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Democrat Brad Schneider ousts Rep. Dold in 10th Congressional District

Democratic candidate for U.S. Representative from 10th district  Brad Schneider works phone bank Grayslake Illinois as he volunteers campaign

Democratic candidate for U.S. Representative from the 10th district Brad Schneider works a phone bank in Grayslake, Illinois as he and volunteers campaign Sunday November 4, 2012. | Tom Cruze~Sun-Times

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 10th Congressional District

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Updated: December 8, 2012 6:17AM



In an upset, Democrat Brad Schneider narrowly slipped past U.S. Rep Bob Dold Tuesday, ousting the freshman congressman and giving the 10th District its first Democrat in decades.

Dold conceded just before 11 p.m. He lost by barely 2,400 votes out of more than 200,000 cast.

Dold, a moderate, was remapped into a Democratic-leaning, north suburban district. At one point Tuesday, he appeared to be heading toward re-election.

But as votes from the Lake County portion of the district came in, Schneider narrowly surged past him.

The remaining precincts, however, were in Cook County, closer to Dold’s home turf in Kenilworth.

“This is a close race no matter how you look at it — and we always knew it was going to be a close race,” said Dold spokesman John McGovern.

Their battle for the 10th Congressional District seat had been one of the most hotly contested — and costly — congressional races in the country.

Dold has stressed his moderate credentials and independence in striving to hold onto a district that has been represented by a Republican for 30 years.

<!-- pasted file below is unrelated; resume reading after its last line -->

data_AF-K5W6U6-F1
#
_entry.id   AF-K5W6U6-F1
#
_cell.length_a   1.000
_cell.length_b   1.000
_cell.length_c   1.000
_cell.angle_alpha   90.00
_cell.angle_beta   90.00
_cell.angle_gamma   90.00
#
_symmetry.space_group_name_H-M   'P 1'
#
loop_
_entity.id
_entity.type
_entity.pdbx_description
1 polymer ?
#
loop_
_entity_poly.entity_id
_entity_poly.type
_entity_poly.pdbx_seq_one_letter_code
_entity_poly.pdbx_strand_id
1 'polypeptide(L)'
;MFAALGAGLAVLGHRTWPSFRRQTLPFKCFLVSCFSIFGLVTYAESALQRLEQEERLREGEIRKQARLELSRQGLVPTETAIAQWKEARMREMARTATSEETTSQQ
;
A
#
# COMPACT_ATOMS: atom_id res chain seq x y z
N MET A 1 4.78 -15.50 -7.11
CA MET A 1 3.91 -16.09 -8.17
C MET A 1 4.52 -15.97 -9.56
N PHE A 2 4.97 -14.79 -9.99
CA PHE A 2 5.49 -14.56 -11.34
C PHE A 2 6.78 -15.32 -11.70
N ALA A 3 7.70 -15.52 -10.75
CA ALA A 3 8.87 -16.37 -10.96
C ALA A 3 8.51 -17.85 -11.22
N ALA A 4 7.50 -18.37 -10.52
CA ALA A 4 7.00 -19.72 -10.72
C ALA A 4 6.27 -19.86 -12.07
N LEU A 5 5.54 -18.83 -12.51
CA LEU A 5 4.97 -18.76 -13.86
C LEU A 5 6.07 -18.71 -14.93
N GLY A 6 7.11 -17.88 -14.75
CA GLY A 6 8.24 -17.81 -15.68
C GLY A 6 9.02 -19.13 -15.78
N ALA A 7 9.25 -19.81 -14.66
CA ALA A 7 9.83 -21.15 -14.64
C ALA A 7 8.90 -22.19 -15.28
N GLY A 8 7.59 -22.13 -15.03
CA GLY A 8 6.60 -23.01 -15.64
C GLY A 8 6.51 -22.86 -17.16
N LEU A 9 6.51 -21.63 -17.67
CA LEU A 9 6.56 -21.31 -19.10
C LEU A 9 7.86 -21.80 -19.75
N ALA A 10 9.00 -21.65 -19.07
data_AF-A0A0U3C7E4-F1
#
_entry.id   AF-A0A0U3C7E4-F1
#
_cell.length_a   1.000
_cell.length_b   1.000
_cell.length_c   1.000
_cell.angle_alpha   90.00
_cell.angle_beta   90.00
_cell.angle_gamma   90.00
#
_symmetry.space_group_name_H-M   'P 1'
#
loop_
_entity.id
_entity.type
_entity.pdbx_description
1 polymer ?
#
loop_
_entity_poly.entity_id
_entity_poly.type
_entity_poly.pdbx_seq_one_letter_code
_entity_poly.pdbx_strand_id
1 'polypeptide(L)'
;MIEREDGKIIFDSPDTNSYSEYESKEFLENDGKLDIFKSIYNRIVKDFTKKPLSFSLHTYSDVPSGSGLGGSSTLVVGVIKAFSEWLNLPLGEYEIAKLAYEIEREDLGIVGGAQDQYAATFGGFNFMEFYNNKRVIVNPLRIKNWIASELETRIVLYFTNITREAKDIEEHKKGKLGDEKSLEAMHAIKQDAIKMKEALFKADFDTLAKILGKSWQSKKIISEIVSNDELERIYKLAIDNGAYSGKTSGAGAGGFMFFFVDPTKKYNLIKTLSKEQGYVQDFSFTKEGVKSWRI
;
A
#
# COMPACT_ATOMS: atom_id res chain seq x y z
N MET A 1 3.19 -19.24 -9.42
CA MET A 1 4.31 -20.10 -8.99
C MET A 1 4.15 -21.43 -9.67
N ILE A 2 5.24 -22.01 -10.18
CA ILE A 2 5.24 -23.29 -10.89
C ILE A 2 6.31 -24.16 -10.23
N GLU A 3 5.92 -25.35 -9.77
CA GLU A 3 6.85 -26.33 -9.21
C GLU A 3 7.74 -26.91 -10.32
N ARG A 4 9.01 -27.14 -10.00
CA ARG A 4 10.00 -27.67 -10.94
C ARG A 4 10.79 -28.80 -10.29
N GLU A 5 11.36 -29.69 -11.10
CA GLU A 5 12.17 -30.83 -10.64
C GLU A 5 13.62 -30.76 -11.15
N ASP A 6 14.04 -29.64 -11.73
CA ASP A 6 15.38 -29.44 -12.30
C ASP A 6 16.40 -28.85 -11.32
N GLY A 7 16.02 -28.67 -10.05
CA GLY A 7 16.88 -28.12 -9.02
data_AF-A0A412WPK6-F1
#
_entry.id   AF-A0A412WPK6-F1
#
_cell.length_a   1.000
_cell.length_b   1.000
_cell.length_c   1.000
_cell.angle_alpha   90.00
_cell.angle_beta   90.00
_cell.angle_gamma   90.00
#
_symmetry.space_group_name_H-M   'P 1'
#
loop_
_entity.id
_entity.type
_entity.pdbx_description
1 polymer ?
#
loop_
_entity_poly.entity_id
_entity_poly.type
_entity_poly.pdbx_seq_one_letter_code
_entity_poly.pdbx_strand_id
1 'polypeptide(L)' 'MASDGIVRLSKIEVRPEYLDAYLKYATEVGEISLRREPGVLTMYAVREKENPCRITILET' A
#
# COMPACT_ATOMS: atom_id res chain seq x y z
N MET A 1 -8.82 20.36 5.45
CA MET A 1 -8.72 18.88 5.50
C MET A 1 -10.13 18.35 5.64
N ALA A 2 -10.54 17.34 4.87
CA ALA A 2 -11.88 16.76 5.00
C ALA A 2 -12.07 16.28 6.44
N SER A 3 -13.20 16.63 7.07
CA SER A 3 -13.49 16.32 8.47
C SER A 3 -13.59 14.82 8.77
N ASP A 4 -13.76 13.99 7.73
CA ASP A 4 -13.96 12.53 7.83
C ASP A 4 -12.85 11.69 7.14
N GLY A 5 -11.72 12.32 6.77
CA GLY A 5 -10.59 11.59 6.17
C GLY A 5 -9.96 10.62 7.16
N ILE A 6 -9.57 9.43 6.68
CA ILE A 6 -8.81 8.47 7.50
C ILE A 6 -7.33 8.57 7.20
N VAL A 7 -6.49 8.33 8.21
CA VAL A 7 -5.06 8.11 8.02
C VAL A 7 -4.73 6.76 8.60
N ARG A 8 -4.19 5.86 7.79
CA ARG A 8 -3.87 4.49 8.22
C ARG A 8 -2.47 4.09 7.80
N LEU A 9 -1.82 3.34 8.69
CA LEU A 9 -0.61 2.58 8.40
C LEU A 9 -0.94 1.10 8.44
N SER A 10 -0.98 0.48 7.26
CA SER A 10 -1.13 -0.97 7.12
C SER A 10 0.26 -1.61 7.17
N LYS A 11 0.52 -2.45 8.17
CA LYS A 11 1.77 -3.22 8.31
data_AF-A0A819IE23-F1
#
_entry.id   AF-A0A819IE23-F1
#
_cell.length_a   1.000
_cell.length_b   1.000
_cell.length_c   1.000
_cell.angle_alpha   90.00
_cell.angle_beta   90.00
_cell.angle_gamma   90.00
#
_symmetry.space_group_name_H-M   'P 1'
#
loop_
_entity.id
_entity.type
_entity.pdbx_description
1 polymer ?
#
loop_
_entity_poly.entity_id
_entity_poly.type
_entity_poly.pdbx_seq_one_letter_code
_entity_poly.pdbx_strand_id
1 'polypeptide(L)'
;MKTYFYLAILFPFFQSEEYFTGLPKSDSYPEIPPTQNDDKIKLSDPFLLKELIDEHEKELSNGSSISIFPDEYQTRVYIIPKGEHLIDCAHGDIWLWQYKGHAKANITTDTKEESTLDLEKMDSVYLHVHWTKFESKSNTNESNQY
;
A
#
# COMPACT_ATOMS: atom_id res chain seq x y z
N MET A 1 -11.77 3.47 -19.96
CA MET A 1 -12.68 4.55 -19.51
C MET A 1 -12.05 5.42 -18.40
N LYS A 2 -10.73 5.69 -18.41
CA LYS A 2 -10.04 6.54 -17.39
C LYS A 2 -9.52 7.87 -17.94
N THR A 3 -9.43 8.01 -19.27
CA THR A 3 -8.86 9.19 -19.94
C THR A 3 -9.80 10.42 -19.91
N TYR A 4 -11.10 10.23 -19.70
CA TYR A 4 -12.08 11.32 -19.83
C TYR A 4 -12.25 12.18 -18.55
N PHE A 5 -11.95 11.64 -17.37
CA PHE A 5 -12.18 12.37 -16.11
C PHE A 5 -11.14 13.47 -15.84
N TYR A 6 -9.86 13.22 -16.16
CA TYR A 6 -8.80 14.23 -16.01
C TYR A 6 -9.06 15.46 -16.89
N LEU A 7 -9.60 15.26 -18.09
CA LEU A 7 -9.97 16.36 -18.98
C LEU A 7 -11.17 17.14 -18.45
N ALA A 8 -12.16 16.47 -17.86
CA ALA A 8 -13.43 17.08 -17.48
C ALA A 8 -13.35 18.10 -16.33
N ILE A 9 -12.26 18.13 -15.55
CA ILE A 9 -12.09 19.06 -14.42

But after a congressional remap controlled by Democrats, Dold’s new district contains about 60 percent of its former area and has lost some traditionally GOP bastions along the North Shore.

But Dold raised nearly $3 million to help hold onto the district, even airing TV commercials noting he agreed with President Barack Obama on the need to avoid raising taxes on middle-class families. An analysis by Congressional Quarterly showed that in 2011, Dold voted in support of Obama more than any other Republican in the House.

Schneider, who raised more than $1.6 million and used former President Bill Clinton to make automated phone calls on his behalf, pounded Dold as a Tea Party sympathizer who voted against key Obama administration programs.

Those include voting to repeal the president’s national healthcare plan, said Schneider, who has loudly backed the health-care changes.

Dold ridiculed claims that he is a Tea Party favorite, pointing to endorsements from organizations that include the Illinois Education Association and the National Education Association to show he’s not a member of that hard-core GOP faction.

And Dold has used the term Affordable Care Act rather than “Obamacare,” in referring to the health-care plan.

He has said he would like to see more compromise in the health plan, including not banning people from getting coverage if they have pre-existing conditions. He also has said he thinks it “makes sense” to keep children on their parents’ health insurance plans until they’re 26 — another component of the president’s plan.

Dold has blasted Schneider, a Deerfield resident, for refusing to release his tax returns and for his lack of success as a businessman, citing documents that show his consulting business reported no revenues for several years.

Dold and his family have long run a suburban-based pest control business.

The 10th District they’re battling to represent sprawls across parts of northern Cook County and Lake County, reaching from Lake Michigan on the east to Fox Lake on the west.

Schneider has been endorsed by groups including the Sierra Club, the Human Rights Campaign and NARAL Pro-Choice America, along with the Illinois Federation of Teachers.



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